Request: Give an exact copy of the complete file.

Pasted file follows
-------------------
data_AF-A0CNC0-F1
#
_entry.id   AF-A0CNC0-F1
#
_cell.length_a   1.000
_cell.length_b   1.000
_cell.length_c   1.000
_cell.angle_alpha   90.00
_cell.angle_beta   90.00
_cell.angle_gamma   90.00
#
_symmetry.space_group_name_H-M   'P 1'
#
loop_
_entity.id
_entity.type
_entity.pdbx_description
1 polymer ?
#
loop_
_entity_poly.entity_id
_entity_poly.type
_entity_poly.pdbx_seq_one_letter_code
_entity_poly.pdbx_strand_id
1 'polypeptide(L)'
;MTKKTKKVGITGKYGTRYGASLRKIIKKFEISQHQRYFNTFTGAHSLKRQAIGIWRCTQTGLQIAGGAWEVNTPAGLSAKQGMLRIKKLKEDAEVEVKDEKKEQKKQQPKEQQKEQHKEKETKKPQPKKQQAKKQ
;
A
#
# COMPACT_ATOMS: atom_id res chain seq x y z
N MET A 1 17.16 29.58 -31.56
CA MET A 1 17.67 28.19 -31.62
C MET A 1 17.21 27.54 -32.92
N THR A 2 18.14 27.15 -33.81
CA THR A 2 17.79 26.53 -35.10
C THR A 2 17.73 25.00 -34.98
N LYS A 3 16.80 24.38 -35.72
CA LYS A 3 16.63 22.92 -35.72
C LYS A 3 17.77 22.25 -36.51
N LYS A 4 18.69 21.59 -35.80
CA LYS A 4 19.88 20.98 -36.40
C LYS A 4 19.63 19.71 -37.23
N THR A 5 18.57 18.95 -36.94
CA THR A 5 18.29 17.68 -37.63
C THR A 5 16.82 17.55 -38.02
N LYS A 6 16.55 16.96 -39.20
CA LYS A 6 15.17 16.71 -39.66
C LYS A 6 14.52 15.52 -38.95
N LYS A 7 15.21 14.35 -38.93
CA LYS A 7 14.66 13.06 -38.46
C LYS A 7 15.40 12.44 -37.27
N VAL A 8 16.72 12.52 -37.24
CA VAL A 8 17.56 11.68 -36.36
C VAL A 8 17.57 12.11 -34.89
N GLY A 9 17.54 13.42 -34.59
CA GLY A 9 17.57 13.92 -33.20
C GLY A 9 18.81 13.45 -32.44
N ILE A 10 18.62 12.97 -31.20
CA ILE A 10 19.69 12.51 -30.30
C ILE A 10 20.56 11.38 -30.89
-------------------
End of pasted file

data_AF-A0CNC0-F1
#
_entry.id   AF-A0CNC0-F1
#
_cell.length_a   1.000
_cell.length_b   1.000
_cell.length_c   1.000
_cell.angle_alpha   90.00
_cell.angle_beta   90.00
_cell.angle_gamma   90.00
#
_symmetry.space_group_name_H-M   'P 1'
#
loop_
_entity.id
_entity.type
_entity.pdbx_description
1 polymer ?
#
loop_
_entity_poly.entity_id
_entity_poly.type
_entity_poly.pdbx_seq_one_letter_code
_entity_poly.pdbx_strand_id
1 'polypeptide(L)'
;MTKKTKKVGITGKYGTRYGASLRKIIKKFEISQHQRYFNTFTGAHSLKRQAIGIWRCTQTGLQIAGGAWEVNTPAGLSAKQGMLRIKKLKEDAEVEVKDEKKEQKKQQPKEQQKEQHKEKETKKPQPKKQQAKKQ
;
A
#
# COMPACT_ATOMS: atom_id res chain seq x y z
N MET A 1 17.16 29.58 -31.56
CA MET A 1 17.67 28.19 -31.62
C MET A 1 17.21 27.54 -32.92
N THR A 2 18.14 27.15 -33.81
CA THR A 2 17.79 26.53 -35.10
C THR A 2 17.73 25.00 -34.98
N LYS A 3 16.80 24.38 -35.72
CA LYS A 3 16.63 22.92 -35.72
C LYS A 3 17.77 22.25 -36.51
N LYS A 4 18.69 21.59 -35.80
CA LYS A 4 19.88 20.98 -36.40
C LYS A 4 19.63 19.71 -37.23
N THR A 5 18.57 18.95 -36.94
CA THR A 5 18.29 17.68 -37.63
C THR A 5 16.82 17.55 -38.02
N LYS A 6 16.55 16.96 -39.20
CA LYS A 6 15.17 16.71 -39.66
C LYS A 6 14.52 15.52 -38.95
N LYS A 7 15.21 14.35 -38.93
CA LYS A 7 14.66 13.06 -38.46
C LYS A 7 15.40 12.44 -37.27
N VAL A 8 16.72 12.52 -37.24
CA VAL A 8 17.56 11.68 -36.36
C VAL A 8 17.57 12.11 -34.89
N GLY A 9 17.54 13.42 -34.59
CA GLY A 9 17.57 13.92 -33.20
C GLY A 9 18.81 13.45 -32.44
N ILE A 10 18.62 12.97 -31.20
CA ILE A 10 19.69 12.51 -30.30
C ILE A 10 20.56 11.38 -30.89